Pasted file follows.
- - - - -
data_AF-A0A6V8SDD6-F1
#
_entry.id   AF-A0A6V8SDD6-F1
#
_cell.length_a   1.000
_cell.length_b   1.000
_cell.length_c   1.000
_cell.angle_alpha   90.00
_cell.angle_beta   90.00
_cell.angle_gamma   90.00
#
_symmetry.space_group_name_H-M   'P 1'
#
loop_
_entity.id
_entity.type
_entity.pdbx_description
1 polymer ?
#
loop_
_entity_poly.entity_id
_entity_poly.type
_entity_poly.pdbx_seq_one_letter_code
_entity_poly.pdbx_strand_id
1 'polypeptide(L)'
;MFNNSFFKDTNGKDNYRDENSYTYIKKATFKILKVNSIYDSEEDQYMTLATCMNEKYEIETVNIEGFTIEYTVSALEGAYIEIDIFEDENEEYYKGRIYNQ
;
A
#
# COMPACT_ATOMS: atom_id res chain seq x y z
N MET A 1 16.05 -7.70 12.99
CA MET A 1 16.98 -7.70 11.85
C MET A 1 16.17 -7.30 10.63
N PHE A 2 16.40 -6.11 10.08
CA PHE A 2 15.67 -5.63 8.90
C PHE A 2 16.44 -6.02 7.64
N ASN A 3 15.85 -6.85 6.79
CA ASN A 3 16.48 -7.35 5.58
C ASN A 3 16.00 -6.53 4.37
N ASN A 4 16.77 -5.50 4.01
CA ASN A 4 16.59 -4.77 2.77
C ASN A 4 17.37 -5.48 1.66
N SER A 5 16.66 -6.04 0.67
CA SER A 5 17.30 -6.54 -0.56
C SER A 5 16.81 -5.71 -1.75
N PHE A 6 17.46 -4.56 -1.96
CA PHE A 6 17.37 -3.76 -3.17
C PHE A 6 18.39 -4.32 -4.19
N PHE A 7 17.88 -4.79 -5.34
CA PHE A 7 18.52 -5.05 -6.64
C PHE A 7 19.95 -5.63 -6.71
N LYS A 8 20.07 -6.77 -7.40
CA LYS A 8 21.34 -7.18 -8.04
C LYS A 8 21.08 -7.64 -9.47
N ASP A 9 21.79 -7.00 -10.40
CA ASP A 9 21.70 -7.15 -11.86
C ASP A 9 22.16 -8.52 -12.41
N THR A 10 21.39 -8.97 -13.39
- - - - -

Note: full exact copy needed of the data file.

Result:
data_AF-A0A6V8SDD6-F1
#
_entry.id   AF-A0A6V8SDD6-F1
#
_cell.length_a   1.000
_cell.length_b   1.000
_cell.length_c   1.000
_cell.angle_alpha   90.00
_cell.angle_beta   90.00
_cell.angle_gamma   90.00
#
_symmetry.space_group_name_H-M   'P 1'
#
loop_
_entity.id
_entity.type
_entity.pdbx_description
1 polymer ?
#
loop_
_entity_poly.entity_id
_entity_poly.type
_entity_poly.pdbx_seq_one_letter_code
_entity_poly.pdbx_strand_id
1 'polypeptide(L)'
;MFNNSFFKDTNGKDNYRDENSYTYIKKATFKILKVNSIYDSEEDQYMTLATCMNEKYEIETVNIEGFTIEYTVSALEGAYIEIDIFEDENEEYYKGRIYNQ
;
A
#
# COMPACT_ATOMS: atom_id res chain seq x y z
N MET A 1 16.05 -7.70 12.99
CA MET A 1 16.98 -7.70 11.85
C MET A 1 16.17 -7.30 10.63
N PHE A 2 16.40 -6.11 10.08
CA PHE A 2 15.67 -5.63 8.90
C PHE A 2 16.44 -6.02 7.64
N ASN A 3 15.85 -6.85 6.79
CA ASN A 3 16.48 -7.35 5.58
C ASN A 3 16.00 -6.53 4.37
N ASN A 4 16.77 -5.50 4.01
CA ASN A 4 16.59 -4.77 2.77
C ASN A 4 17.37 -5.48 1.66
N SER A 5 16.66 -6.04 0.67
CA SER A 5 17.30 -6.54 -0.56
C SER A 5 16.81 -5.71 -1.75
N PHE A 6 17.46 -4.56 -1.96
CA PHE A 6 17.37 -3.76 -3.17
C PHE A 6 18.39 -4.32 -4.19
N PHE A 7 17.88 -4.79 -5.34
CA PHE A 7 18.52 -5.05 -6.64
C PHE A 7 19.95 -5.63 -6.71
N LYS A 8 20.07 -6.77 -7.40
CA LYS A 8 21.34 -7.18 -8.04
C LYS A 8 21.08 -7.64 -9.47
N ASP A 9 21.79 -7.00 -10.40
CA ASP A 9 21.70 -7.15 -11.86
C ASP A 9 22.16 -8.52 -12.41
N THR A 10 21.39 -8.97 -13.39